Among the many depictions of the Yellow Emperor that survive in a number of early Chinese texts, the historicized image of this purported ancient sage king has been accepted by many Chinese scholars as that of a historical figure and has greatly inspired their reconstruction of China’s remote past. In examining some of the extant Huangdi narratives, especially passages preserved in the Discourses of the States [Guoyu], Records of the Grand Historian [Shiji], and Remaining Zhou Documents [Yi Zhoushu], this paper reveals a trend of historicizing an originally mythical Yellow Emperor presented in early Chinese writings. It also explores the historiographical reasoning behind such historicization and provides an alternative approach emphasizing the role of persuasion in the Huangdi narratives.
On August 5, 2015, Science published an article by Wu Qinglong and a team of distinguished archaeologists that reported on the discovery of evidence for a massive outburst flood in the upper reaches of the Yellow River c. 1920 bce. The archaeologists identified this flood with the one brought under control by Yu 禹, who was traditionally regarded as the founder of the Xia dynasty. They further argue that since Erlitou culture originated around 1900 bce, the coincidence of date serves to confirm the identification of Xia and Erlitou culture. This article argues against the historical interpretation of this evidence for an ancient flood. In the early texts, Yu did not control a flood along the Yellow River; he dug all the riverbeds throughout the world so that the waters could flow into the sea. Moreover, the story of Yu controlling the waters and the foundation of the Xia dynasty were not linked in the earliest accounts. This story originated as part of a cosmogonic myth in which the world was made habitable and conducive to agriculture. Thus, it cannot be identified with any particular flood or used to date the foundation of the Xia. Finally, it argues that a great flood was more likely to have caused social disruption than the development of a new level of state power. However, this flood may have caused people from the Qijia culture, which was centered in the region of the flood and already had primitive bronze-casting technology, to flee to other regions including that dominated by Erlitou culture. This cultural interaction introduced metallurgy which was further developed in the context of Erlitou culture, thus spurring its development as a state-level society.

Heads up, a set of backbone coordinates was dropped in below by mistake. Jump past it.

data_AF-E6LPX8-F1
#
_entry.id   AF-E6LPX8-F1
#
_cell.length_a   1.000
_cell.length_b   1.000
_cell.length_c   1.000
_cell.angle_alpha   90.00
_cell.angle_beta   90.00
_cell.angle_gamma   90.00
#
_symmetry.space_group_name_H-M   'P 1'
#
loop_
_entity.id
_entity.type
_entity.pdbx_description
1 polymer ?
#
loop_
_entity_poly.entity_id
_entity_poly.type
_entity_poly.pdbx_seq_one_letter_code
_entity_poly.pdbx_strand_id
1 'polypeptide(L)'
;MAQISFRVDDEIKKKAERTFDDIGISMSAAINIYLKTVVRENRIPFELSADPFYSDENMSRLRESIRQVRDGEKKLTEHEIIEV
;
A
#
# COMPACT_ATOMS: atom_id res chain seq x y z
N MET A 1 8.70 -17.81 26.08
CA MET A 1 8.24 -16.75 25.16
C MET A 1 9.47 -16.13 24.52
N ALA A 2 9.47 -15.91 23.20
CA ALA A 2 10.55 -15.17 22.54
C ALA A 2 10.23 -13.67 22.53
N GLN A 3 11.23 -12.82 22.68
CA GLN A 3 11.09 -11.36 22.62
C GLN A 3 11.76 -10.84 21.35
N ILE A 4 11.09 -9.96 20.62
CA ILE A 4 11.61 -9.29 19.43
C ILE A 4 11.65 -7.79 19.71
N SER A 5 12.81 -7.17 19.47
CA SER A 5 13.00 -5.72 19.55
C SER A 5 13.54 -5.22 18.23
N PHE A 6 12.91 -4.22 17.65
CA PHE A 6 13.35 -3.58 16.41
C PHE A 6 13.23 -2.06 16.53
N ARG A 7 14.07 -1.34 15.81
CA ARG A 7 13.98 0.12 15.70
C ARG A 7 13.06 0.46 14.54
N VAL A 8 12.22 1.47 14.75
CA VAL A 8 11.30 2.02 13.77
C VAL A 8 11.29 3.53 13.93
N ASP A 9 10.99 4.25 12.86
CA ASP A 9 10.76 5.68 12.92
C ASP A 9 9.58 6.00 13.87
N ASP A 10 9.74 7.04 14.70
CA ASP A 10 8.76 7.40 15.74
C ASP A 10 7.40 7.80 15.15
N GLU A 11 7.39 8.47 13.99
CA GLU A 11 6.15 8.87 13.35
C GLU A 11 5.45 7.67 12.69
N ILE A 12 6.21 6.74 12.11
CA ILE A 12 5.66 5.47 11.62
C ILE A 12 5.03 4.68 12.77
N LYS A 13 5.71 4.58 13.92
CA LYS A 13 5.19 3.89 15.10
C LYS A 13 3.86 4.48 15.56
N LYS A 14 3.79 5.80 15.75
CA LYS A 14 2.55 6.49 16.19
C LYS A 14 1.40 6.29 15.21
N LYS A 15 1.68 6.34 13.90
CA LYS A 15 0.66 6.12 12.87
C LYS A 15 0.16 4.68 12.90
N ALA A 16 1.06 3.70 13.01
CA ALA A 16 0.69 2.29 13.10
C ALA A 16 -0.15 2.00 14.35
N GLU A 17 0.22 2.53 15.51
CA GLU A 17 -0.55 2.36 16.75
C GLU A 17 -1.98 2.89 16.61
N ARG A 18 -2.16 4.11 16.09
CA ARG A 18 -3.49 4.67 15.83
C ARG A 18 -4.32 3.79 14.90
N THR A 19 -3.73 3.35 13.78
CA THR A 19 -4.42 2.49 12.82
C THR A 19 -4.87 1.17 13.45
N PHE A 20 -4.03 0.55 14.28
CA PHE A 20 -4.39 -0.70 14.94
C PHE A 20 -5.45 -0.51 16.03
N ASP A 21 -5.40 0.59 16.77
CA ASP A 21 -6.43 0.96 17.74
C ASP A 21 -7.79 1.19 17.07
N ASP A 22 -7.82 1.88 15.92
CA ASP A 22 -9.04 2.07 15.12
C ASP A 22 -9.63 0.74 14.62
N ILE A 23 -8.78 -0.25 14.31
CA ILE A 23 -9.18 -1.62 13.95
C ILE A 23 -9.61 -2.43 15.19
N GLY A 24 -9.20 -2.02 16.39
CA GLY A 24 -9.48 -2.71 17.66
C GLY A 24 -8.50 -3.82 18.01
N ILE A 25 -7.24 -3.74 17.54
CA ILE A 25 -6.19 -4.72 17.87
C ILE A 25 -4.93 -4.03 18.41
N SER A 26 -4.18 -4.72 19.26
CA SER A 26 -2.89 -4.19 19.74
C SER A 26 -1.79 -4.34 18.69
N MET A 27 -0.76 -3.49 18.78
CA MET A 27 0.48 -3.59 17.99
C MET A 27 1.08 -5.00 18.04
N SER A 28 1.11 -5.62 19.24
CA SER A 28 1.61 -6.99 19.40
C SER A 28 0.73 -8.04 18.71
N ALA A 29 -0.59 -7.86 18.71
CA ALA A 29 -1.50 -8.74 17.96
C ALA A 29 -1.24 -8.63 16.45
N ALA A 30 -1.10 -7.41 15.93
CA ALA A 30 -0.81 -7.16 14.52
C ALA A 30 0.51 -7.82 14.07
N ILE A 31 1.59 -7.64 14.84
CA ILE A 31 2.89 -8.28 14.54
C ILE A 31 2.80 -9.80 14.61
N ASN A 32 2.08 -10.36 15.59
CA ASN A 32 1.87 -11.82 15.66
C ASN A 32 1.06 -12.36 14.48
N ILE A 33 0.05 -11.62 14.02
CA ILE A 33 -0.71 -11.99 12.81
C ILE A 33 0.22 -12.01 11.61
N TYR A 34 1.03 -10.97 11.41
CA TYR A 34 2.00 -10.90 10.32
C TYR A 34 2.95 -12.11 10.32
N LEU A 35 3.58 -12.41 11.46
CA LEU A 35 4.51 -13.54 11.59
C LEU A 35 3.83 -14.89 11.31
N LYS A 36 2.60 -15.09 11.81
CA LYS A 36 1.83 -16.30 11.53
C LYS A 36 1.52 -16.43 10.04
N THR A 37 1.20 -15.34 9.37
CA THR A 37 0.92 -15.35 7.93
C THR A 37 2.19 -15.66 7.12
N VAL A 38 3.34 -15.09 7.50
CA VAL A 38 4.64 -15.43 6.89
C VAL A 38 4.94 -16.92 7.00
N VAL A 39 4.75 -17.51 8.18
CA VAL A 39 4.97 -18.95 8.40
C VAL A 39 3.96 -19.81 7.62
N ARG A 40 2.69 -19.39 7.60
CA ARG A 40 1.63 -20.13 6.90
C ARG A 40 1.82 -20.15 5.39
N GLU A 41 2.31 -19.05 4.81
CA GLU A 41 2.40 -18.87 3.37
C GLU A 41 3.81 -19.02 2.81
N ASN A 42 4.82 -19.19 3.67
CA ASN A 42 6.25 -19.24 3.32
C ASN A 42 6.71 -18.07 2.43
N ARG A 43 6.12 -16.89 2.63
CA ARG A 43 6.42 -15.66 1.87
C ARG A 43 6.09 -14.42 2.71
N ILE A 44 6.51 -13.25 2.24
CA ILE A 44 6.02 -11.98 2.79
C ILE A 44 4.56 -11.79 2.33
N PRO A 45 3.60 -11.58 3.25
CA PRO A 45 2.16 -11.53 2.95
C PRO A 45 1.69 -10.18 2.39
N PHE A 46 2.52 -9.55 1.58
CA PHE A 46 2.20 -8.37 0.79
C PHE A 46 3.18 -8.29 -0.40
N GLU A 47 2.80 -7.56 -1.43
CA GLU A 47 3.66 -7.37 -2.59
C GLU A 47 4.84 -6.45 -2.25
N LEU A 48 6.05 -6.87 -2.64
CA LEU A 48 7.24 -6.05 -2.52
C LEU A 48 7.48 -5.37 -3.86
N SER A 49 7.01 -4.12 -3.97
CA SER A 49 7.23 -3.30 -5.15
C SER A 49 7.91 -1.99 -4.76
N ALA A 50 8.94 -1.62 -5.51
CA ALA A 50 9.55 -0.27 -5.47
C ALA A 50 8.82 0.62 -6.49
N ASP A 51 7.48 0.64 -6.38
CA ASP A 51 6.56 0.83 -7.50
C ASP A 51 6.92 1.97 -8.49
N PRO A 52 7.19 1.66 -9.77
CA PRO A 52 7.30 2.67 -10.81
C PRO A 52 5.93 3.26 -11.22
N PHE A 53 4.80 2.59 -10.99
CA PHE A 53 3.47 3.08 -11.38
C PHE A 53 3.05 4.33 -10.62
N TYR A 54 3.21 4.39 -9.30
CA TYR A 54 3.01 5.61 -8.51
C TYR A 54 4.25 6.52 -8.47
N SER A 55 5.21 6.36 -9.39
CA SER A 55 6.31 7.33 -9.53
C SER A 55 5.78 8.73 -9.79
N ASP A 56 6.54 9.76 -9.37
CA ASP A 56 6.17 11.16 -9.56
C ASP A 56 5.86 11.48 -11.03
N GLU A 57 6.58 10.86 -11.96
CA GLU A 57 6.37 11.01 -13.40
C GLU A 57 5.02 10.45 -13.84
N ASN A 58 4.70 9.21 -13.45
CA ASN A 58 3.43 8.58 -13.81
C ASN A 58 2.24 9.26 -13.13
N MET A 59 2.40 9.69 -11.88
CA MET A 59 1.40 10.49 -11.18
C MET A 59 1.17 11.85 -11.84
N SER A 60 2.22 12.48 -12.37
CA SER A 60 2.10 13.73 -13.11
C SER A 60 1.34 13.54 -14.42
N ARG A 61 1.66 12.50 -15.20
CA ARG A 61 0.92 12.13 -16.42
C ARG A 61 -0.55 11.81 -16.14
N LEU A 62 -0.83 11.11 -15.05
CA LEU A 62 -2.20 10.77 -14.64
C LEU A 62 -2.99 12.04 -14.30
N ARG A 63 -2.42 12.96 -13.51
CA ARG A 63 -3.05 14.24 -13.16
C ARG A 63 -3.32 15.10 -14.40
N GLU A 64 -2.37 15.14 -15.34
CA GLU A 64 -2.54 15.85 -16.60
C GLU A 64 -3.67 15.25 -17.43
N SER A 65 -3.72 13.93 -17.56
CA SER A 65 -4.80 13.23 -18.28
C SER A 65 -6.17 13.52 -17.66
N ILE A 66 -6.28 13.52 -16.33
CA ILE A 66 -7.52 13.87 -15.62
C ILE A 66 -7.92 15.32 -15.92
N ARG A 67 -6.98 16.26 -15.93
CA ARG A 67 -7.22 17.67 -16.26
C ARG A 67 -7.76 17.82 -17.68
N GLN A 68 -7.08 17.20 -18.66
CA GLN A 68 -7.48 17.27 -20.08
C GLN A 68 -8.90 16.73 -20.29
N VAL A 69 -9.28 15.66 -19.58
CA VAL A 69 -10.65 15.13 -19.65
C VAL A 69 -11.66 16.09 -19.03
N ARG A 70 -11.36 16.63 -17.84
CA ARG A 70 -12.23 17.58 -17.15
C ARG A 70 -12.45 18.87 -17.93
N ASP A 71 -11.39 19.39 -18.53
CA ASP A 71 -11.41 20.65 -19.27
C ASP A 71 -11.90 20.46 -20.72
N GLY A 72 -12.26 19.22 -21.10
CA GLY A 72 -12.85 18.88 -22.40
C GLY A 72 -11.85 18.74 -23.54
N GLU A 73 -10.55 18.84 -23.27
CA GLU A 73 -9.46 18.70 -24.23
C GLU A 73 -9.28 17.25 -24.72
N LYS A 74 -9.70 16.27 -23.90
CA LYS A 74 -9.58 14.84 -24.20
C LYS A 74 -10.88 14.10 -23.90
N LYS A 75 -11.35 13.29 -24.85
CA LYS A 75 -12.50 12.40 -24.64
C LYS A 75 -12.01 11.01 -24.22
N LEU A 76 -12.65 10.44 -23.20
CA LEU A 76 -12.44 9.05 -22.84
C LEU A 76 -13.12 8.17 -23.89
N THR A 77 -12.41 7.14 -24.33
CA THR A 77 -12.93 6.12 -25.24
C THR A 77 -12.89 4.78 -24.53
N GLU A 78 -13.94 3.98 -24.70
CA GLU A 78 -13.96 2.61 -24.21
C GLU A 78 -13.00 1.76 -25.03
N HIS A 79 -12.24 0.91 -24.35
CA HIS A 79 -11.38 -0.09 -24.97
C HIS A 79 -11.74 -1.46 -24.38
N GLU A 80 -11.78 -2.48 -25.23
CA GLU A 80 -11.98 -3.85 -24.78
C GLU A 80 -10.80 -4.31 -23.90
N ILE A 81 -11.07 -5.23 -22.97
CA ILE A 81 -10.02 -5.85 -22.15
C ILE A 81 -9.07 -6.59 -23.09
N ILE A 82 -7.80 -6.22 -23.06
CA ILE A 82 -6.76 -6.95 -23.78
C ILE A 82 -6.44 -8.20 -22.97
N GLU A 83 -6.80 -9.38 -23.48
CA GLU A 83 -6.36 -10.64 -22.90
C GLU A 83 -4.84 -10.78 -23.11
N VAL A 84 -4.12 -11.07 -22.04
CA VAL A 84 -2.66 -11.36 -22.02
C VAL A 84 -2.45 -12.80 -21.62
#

Chinese mythology [shenhua 神話] does not exist independently as a cultural medium like mythology does in the West but, rather, comprises ideological and narrative forms that emerge according to historical and cultural trends. Not only have myths withstood humanity’s conquest of nature, but they have drawn and continue to draw on the mysteries of scientific development for new content. It is possible to identify three highpoints of creativity in the history of Chinese mythology, each corresponding to shifts in the function and nuance of myths. The first highpoint occurred very early on in China’s ancient history, in the period of the Three Sovereigns and Five Emperors [wudi sanwang 五帝三王], when myths were a way to articulate history—that is, history as myth. The second highpoint occurred in the period from the Qin through Jin dynasties, when mythology mainly expounded on philosophy and theory—that is, philosophy as myth. The third highpoint occurred during the Yuan and Ming dynasties, when the narrative content of mythology turned toward the religious—that is, religion as myth.
In China’s early textual sources and archaeological materials, the Yellow Emperor 黄帝 appears in the following three contexts: in genealogical records, among predynastic rulers, and in sacrificial rituals. The earliest appearance of the Yellow Emperor is probably in genealogical records; then, after being an ancestral ruler, he becomes the earliest emperor and a legendary ruler. This demonstrates his shift from an ancestral context to a monarchic context and illustrates the gradual yet colossal shift in ancient Chinese political thought from a system of enfeoffment built on blood relations to a system of prefectures and counties based on regional ties. The image of the Yellow Emperor in the context of sacrifice is closely linked to the yin-yang and five elements theories beginning in the later stage of the Warring States period; as society developed, this image also became associated with a certain Daoist path, thereby acquiring a religious value.
Early medieval Chinese literature depicts two modes of goddesses, derived from the two masterpieces attributed to Song Yu, “Rhapsody on the Goddess” and “Rhapsody on Gaotang.” Since Cao Zhi’s “Rhapsody on the Goddess” overshadowed other works among rhapsodies and poems, it appeared as if the influence of “Rhapsody on Gaotang” had stopped. This study reveals the two lineages of goddess depictions in medieval Chinese literature, showing that the “Goddess of Love” has never disappeared.